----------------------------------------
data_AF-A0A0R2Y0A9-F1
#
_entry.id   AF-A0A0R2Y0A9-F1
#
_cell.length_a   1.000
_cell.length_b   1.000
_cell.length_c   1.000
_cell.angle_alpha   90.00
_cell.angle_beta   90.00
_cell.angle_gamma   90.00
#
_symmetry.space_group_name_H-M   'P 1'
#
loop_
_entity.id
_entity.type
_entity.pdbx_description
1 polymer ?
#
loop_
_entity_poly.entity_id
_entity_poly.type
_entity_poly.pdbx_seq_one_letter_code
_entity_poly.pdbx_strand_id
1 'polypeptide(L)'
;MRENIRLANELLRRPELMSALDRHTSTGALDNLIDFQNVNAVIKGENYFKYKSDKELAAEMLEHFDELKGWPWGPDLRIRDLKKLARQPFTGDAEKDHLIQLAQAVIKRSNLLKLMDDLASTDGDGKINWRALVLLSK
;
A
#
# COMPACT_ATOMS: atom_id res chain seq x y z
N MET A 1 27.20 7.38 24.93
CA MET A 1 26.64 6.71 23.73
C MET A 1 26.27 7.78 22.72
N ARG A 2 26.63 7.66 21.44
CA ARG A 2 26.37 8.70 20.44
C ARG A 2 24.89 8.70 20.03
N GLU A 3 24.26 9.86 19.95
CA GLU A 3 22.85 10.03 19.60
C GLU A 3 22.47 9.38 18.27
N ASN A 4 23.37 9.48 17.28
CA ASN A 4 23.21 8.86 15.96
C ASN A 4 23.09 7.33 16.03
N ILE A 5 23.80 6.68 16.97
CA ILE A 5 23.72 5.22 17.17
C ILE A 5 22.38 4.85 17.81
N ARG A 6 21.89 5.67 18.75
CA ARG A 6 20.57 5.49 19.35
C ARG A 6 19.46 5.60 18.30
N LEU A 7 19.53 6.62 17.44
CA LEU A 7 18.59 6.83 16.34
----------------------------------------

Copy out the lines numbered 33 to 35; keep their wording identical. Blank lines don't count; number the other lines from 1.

C MET A 1 26.27 7.78 22.72
N ARG A 2 26.63 7.66 21.44
CA ARG A 2 26.37 8.70 20.44